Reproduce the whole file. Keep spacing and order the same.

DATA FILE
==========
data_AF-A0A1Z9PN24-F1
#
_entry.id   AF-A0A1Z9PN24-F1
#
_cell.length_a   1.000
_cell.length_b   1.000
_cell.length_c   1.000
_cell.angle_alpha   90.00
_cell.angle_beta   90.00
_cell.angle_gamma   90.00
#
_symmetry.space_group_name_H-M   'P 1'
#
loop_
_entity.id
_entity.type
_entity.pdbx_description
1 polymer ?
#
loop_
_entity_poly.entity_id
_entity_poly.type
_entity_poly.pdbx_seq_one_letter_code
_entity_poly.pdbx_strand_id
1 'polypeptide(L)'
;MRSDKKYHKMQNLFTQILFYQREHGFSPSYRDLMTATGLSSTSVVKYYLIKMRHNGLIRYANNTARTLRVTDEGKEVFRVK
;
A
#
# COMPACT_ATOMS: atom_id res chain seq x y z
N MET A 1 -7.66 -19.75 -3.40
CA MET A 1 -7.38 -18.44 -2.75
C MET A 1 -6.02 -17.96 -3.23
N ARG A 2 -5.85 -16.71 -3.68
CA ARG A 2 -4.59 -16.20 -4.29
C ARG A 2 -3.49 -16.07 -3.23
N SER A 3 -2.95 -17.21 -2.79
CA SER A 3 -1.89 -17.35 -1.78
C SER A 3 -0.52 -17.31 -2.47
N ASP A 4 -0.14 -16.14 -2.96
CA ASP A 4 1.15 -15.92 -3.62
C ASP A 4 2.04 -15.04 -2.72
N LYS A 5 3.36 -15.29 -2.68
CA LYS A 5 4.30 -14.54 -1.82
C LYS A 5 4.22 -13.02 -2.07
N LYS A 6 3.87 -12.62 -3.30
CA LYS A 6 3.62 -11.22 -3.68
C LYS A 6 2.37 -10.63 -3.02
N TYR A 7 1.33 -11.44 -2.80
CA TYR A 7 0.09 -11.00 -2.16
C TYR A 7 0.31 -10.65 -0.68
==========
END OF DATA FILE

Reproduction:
data_AF-A0A1Z9PN24-F1
#
_entry.id   AF-A0A1Z9PN24-F1
#
_cell.length_a   1.000
_cell.length_b   1.000
_cell.length_c   1.000
_cell.angle_alpha   90.00
_cell.angle_beta   90.00
_cell.angle_gamma   90.00
#
_symmetry.space_group_name_H-M   'P 1'
#
loop_
_entity.id
_entity.type
_entity.pdbx_description
1 polymer ?
#
loop_
_entity_poly.entity_id
_entity_poly.type
_entity_poly.pdbx_seq_one_letter_code
_entity_poly.pdbx_strand_id
1 'polypeptide(L)'
;MRSDKKYHKMQNLFTQILFYQREHGFSPSYRDLMTATGLSSTSVVKYYLIKMRHNGLIRYANNTARTLRVTDEGKEVFRVK
;
A
#
# COMPACT_ATOMS: atom_id res chain seq x y z
N MET A 1 -7.66 -19.75 -3.40
CA MET A 1 -7.38 -18.44 -2.75
C MET A 1 -6.02 -17.96 -3.23
N ARG A 2 -5.85 -16.71 -3.68
CA ARG A 2 -4.59 -16.20 -4.29
C ARG A 2 -3.49 -16.07 -3.23
N SER A 3 -2.95 -17.21 -2.79
CA SER A 3 -1.89 -17.35 -1.78
C SER A 3 -0.52 -17.31 -2.47
N ASP A 4 -0.14 -16.14 -2.96
CA ASP A 4 1.15 -15.92 -3.62
C ASP A 4 2.04 -15.04 -2.72
N LYS A 5 3.36 -15.29 -2.68
CA LYS A 5 4.30 -14.54 -1.82
C LYS A 5 4.22 -13.02 -2.07
N LYS A 6 3.87 -12.62 -3.30
CA LYS A 6 3.62 -11.22 -3.68
C LYS A 6 2.37 -10.63 -3.02
N TYR A 7 1.33 -11.44 -2.80
CA TYR A 7 0.09 -11.00 -2.16
C TYR A 7 0.31 -10.65 -0.68